Why do firms adopt profit-sharing and employee ownership plans?

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Profit-sharing and employee ownership in companies have attracted considerable interest, yet there has been little research on factors predicting the adoption and maintenance of these plans. This study uses new data from a survey of 500 US public companies, and panel data on corporate financial variables, to examine factors predicting the presence and adoption of profit-sharing and employee stock ownership plans (ESOPs) in the 1975-91 period. Several findings support productivity-related motivations for such plans (including higher R&D levels among old profit-sharing firms, and recent adoption of job enrichment programmes among new profit-sharing firms), while others support flexibility-related motivations (including higher variance in profits prior to the adoption of profit-sharing plans and ESOPs). Unionized firms were less likely to have either type of plan in 1975, but equally likely to adopt them subsequently (often in concessionary contracts). Comparisons of cross-sectional and panel results illustrate advantages of panel data in disentangling the causes and effects of profit-sharing and ESOPs.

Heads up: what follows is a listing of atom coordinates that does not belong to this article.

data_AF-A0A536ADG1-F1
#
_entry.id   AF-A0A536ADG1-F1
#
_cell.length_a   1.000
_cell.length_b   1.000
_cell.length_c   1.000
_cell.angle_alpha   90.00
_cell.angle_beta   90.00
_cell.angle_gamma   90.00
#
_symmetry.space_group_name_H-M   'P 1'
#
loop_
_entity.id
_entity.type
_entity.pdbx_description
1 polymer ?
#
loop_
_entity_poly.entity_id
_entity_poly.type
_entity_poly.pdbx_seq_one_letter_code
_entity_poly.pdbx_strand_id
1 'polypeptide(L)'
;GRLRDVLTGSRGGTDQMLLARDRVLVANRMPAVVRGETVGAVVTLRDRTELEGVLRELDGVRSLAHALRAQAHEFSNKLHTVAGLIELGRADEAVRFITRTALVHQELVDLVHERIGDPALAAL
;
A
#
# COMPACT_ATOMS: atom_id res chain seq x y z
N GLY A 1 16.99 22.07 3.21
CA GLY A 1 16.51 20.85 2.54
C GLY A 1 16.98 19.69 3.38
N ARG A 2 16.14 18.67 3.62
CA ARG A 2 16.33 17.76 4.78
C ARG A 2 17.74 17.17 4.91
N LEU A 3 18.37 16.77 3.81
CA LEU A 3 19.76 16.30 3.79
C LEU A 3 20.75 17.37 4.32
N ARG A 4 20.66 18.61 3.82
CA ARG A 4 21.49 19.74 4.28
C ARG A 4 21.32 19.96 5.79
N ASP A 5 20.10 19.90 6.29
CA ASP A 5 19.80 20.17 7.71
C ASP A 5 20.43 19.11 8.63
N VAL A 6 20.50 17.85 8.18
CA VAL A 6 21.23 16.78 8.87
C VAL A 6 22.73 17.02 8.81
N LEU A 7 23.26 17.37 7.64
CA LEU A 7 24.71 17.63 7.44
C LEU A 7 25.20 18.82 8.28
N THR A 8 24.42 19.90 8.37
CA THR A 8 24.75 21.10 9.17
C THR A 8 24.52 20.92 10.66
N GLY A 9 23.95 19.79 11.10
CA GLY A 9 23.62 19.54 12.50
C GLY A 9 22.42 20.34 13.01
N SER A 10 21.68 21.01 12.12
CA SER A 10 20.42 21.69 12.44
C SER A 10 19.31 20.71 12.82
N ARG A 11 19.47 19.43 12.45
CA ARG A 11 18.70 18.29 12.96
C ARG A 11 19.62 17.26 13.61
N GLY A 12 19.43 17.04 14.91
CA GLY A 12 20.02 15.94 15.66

Original languageEnglish (US)
Pages (from-to)515-538
Number of pages24
JournalBritish Journal of Industrial Relations
Issue number4
StatePublished - Dec 1996

All Science Journal Classification (ASJC) codes

  • Business, Management and Accounting(all)
  • Organizational Behavior and Human Resource Management
  • Management of Technology and Innovation


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